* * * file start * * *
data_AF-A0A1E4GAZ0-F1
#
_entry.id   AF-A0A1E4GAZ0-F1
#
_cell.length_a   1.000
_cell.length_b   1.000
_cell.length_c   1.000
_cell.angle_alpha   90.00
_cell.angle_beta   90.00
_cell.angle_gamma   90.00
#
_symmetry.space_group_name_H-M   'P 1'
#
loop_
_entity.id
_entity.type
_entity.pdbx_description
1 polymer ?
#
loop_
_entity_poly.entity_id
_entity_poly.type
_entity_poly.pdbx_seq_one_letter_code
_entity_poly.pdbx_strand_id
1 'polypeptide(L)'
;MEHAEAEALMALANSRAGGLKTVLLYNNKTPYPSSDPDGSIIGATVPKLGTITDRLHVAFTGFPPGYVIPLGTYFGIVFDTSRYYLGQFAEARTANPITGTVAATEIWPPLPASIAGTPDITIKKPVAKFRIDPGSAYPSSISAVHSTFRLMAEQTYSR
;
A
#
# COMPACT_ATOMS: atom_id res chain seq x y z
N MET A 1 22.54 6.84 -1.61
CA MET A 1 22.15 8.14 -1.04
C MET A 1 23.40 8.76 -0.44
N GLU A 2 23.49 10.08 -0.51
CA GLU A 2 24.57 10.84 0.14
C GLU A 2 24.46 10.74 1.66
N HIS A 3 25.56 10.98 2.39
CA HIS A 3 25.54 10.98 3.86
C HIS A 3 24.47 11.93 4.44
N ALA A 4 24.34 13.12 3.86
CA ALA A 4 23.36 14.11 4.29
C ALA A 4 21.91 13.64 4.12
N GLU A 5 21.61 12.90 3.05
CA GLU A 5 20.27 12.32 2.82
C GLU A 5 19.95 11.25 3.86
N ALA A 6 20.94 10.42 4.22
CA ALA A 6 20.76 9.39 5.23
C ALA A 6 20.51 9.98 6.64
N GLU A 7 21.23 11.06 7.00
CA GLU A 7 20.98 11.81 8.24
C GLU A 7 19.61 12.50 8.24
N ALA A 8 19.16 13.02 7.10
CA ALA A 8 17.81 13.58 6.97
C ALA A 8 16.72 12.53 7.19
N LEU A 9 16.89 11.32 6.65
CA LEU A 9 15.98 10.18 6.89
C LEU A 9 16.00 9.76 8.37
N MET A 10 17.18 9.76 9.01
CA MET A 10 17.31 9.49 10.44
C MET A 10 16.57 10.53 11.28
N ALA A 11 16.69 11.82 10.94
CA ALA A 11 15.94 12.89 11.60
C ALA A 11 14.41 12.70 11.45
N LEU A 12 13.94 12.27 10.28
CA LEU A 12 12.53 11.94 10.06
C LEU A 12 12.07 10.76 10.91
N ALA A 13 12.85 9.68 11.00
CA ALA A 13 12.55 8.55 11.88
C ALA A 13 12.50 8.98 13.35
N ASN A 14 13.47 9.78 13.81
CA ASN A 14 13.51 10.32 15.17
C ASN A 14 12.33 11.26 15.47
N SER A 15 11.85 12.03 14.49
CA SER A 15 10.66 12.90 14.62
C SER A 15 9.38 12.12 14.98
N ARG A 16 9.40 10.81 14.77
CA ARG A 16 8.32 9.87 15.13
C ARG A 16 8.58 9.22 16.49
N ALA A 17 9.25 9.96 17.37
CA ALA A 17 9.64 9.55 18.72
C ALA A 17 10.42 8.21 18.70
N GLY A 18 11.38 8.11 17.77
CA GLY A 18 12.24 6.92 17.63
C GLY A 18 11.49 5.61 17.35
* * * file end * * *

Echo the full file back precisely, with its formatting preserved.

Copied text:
data_AF-A0A1E4GAZ0-F1
#
_entry.id   AF-A0A1E4GAZ0-F1
#
_cell.length_a   1.000
_cell.length_b   1.000
_cell.length_c   1.000
_cell.angle_alpha   90.00
_cell.angle_beta   90.00
_cell.angle_gamma   90.00
#
_symmetry.space_group_name_H-M   'P 1'
#
loop_
_entity.id
_entity.type
_entity.pdbx_description
1 polymer ?
#
loop_
_entity_poly.entity_id
_entity_poly.type
_entity_poly.pdbx_seq_one_letter_code
_entity_poly.pdbx_strand_id
1 'polypeptide(L)'
;MEHAEAEALMALANSRAGGLKTVLLYNNKTPYPSSDPDGSIIGATVPKLGTITDRLHVAFTGFPPGYVIPLGTYFGIVFDTSRYYLGQFAEARTANPITGTVAATEIWPPLPASIAGTPDITIKKPVAKFRIDPGSAYPSSISAVHSTFRLMAEQTYSR
;
A
#
# COMPACT_ATOMS: atom_id res chain seq x y z
N MET A 1 22.54 6.84 -1.61
CA MET A 1 22.15 8.14 -1.04
C MET A 1 23.40 8.76 -0.44
N GLU A 2 23.49 10.08 -0.51
CA GLU A 2 24.57 10.84 0.14
C GLU A 2 24.46 10.74 1.66
N HIS A 3 25.56 10.98 2.39
CA HIS A 3 25.54 10.98 3.86
C HIS A 3 24.47 11.93 4.44
N ALA A 4 24.34 13.12 3.86
CA ALA A 4 23.36 14.11 4.29
C ALA A 4 21.91 13.64 4.12
N GLU A 5 21.61 12.90 3.05
CA GLU A 5 20.27 12.32 2.82
C GLU A 5 19.95 11.25 3.86
N ALA A 6 20.94 10.42 4.22
CA ALA A 6 20.76 9.39 5.23
C ALA A 6 20.51 9.98 6.64
N GLU A 7 21.23 11.06 7.00
CA GLU A 7 20.98 11.81 8.24
C GLU A 7 19.61 12.50 8.24
N ALA A 8 19.16 13.02 7.10
CA ALA A 8 17.81 13.58 6.97
C ALA A 8 16.72 12.53 7.19
N LEU A 9 16.89 11.32 6.65
CA LEU A 9 15.98 10.18 6.89
C LEU A 9 16.00 9.76 8.37
N MET A 10 17.18 9.76 9.01
CA MET A 10 17.31 9.49 10.44
C MET A 10 16.57 10.53 11.28
N ALA A 11 16.69 11.82 10.94
CA ALA A 11 15.94 12.89 11.60
C ALA A 11 14.41 12.70 11.45
N LEU A 12 13.94 12.27 10.28
CA LEU A 12 12.53 11.94 10.06
C LEU A 12 12.07 10.76 10.91
N ALA A 13 12.85 9.68 11.00
CA ALA A 13 12.55 8.55 11.88
C ALA A 13 12.50 8.98 13.35
N ASN A 14 13.47 9.78 13.81
CA ASN A 14 13.51 10.32 15.17
C ASN A 14 12.33 11.26 15.47
N SER A 15 11.85 12.03 14.49
CA SER A 15 10.66 12.90 14.62
C SER A 15 9.38 12.12 14.98
N ARG A 16 9.40 10.81 14.77
CA ARG A 16 8.32 9.87 15.13
C ARG A 16 8.58 9.22 16.49
N ALA A 17 9.25 9.96 17.37
CA ALA A 17 9.64 9.55 18.72
C ALA A 17 10.42 8.21 18.70
N GLY A 18 11.38 8.11 17.77
CA GLY A 18 12.24 6.92 17.63
C GLY A 18 11.49 5.61 17.35